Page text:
Tag Archives: American Literature

Pure Wartime

God knows what you all see in America. I see war and devastation. The fucking pilgrims leaving England ’cause there wasn’t enough law and rigidity there, coming here hating all ideas, thought, questioning; the Quakers and the Pilgrims fighting it … Continue reading

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Just One More

One those passages you read (you? I read) and check the front cover in case I finally wrote that book I always intended. If I hadn’t been reading. You find yourself wondering why you’ve never read Frazer’s Golden Bough, even … Continue reading

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Taste Follows the Line of Least Resistance

I don’t recall why I ordered David Carl’s Heraclitus in Sacramento, which particular reference in a footnote or suggestion on Twitter led to its arrival on my shelves a year or so ago. So far, it comprises fragments of thought, … Continue reading

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An Exchange That Need Never End

The essay from which I’ve extracted the passage below is from a collection of six Rebecca Solnit essays. This essay on Virginia Woolf is the last of the collection. Had I not persisted to the end, I’d probably have decided … Continue reading

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Art and Entertainment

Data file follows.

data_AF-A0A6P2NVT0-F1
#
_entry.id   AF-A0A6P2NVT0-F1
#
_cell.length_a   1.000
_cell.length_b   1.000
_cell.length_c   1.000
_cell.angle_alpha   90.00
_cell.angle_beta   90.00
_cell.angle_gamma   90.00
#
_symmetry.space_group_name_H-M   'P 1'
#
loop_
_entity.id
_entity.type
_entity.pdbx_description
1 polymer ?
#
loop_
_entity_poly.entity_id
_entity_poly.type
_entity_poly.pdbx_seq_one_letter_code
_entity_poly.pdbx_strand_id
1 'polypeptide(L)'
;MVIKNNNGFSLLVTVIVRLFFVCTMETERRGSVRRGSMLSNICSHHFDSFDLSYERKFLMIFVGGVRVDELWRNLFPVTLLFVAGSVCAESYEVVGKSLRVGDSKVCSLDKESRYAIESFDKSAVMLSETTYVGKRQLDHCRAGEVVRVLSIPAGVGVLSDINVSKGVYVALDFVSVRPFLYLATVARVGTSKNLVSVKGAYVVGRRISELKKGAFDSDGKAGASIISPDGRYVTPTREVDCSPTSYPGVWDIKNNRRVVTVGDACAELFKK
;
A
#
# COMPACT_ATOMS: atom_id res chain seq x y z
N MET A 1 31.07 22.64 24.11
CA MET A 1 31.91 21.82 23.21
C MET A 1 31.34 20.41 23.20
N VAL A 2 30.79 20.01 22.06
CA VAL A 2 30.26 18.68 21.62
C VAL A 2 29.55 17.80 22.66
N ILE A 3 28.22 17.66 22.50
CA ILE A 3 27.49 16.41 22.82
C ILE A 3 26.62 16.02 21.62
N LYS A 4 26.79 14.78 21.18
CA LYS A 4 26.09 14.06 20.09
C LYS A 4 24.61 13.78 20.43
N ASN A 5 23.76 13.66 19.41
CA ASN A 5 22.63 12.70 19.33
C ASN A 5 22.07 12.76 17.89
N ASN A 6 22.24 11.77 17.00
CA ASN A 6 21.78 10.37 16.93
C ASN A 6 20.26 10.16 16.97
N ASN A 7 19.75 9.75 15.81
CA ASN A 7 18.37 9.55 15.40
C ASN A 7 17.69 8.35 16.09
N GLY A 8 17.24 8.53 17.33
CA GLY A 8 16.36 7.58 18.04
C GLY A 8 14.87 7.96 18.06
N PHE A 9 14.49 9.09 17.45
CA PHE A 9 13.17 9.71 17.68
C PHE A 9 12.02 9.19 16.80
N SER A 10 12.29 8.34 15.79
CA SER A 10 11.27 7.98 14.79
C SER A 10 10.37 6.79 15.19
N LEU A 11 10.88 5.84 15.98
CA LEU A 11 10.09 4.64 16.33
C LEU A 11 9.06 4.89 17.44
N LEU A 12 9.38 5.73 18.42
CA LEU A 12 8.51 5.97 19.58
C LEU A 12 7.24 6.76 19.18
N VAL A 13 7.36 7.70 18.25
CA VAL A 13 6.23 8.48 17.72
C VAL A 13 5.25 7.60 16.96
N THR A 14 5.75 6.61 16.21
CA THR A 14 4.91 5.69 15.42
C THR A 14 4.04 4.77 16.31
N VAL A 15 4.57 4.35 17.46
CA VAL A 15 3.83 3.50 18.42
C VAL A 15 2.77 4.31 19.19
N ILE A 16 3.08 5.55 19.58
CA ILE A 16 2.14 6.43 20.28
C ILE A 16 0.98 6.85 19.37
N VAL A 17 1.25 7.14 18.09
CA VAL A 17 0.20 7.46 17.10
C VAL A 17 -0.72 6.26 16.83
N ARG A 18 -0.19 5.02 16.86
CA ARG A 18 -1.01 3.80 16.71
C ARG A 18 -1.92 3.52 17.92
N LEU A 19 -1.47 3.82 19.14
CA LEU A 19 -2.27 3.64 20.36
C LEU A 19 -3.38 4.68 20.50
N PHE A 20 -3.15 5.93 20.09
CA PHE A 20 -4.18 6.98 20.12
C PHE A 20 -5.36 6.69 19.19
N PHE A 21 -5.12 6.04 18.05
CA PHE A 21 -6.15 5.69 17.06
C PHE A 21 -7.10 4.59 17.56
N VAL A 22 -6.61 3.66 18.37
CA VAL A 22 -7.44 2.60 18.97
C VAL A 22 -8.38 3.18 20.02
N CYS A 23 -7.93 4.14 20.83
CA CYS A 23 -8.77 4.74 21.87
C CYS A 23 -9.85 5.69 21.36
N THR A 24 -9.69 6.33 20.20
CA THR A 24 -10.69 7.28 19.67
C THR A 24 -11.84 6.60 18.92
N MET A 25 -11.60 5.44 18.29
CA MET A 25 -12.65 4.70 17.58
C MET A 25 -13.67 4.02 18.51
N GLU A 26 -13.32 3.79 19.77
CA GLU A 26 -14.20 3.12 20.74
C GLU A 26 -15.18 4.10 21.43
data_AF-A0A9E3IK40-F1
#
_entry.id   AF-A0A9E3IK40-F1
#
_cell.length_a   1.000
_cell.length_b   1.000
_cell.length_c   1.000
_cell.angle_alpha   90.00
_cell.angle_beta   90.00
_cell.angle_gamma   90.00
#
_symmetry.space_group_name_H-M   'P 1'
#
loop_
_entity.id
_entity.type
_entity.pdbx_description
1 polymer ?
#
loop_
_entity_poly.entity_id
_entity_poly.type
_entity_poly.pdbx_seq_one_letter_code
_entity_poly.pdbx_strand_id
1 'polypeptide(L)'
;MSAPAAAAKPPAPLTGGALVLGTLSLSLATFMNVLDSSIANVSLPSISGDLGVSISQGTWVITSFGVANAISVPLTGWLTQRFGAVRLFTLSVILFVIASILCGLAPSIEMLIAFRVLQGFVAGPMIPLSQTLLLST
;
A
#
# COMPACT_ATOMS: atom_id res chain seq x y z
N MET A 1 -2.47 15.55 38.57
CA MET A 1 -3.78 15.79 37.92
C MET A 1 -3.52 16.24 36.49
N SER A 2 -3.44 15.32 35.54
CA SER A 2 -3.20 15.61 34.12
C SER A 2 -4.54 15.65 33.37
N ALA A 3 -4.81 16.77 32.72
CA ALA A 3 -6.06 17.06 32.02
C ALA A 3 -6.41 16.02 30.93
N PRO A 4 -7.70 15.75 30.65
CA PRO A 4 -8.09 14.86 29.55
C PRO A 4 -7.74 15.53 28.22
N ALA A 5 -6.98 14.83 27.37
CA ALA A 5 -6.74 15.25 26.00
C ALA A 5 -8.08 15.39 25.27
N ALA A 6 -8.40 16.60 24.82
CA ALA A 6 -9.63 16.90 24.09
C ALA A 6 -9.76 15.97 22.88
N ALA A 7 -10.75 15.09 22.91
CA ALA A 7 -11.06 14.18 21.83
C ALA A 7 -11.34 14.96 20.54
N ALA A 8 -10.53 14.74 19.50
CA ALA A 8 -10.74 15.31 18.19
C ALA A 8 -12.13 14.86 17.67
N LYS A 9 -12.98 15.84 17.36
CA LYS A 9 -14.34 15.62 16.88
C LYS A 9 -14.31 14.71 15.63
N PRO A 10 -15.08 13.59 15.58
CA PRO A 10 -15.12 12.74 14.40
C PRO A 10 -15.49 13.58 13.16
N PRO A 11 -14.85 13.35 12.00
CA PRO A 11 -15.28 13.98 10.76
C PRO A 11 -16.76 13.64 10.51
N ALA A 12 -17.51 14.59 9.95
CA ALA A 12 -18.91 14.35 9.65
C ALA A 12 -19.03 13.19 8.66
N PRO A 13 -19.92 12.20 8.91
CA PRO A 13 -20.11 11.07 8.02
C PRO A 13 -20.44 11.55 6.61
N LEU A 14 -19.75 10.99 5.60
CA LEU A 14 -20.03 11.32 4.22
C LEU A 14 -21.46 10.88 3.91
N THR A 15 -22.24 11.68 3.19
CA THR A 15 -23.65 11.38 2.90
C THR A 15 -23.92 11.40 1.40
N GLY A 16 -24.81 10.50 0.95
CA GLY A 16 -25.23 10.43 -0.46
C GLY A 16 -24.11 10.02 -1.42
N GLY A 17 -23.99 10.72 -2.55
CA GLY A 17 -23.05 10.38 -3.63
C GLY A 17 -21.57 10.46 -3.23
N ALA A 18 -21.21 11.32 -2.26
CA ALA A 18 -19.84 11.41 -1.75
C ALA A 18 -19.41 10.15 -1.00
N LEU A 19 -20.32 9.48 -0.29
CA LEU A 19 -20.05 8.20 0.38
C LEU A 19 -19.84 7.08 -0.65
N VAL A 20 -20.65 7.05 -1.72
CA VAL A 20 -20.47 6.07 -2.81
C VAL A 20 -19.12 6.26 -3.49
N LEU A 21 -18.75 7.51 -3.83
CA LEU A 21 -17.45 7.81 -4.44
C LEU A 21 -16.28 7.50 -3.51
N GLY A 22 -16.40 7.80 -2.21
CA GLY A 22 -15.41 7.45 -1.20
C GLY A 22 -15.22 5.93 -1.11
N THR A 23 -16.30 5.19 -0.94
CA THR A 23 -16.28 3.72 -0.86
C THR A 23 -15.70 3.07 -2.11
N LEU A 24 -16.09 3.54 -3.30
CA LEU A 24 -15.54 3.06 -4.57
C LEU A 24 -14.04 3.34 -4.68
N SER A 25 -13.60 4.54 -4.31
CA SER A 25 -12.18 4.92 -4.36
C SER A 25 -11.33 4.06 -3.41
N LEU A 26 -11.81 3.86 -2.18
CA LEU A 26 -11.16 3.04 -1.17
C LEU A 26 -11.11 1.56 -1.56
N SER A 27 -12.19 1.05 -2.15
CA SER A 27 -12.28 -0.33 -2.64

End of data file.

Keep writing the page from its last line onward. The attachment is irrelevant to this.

Yet in many cultural loci these days we are asked to read and write easier, more naively, less rigorously. We are asked to understand by not taking the time and energy to understand. One difference between art and entertainment has … Continue reading

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Disturbing Fiction

It must have been at thirteen, fourteen at most that I found a piece of fiction both repugnant and riveting in equal measure. I remember the fiction. It was Kafka’s The Metamorphosis. Perhaps I was too young to read Kafka, … Continue reading

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Disburdenment Through Reading

This recent piece in the LA Review of Books seized my attention, and as a consequence I’m reading Uses of Literature. It is one of those rare books of literary criticism, if you are fascinated as I am by the … Continue reading

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A Work of Fiction by Louise Gluck

A Work of Fiction As I turned over the last page, after many nights, a wave of sorrow envel- oped me. Where had they all gone, these people who had seemed so real? To distract myself, I walked out into … Continue reading

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Sensorium of the World

A friend sends me an email to ask if I know the poems of American poet Jorie Graham. I am aware of Graham’s work, thanks to an interview with Helen Vendler who talked of a trend in Graham’s work to return … Continue reading

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Old Man, Dead in a Room by Charles Bukowski

Bukowski in correspondence with John William Corrington who published Bukowski as the American representative of a tradition of literary outsiders stretching back to Villon and Rimbaud: ‘Old Man, Dead in a Room is my future, ‘The Tragedy of the Leaves’ … Continue reading

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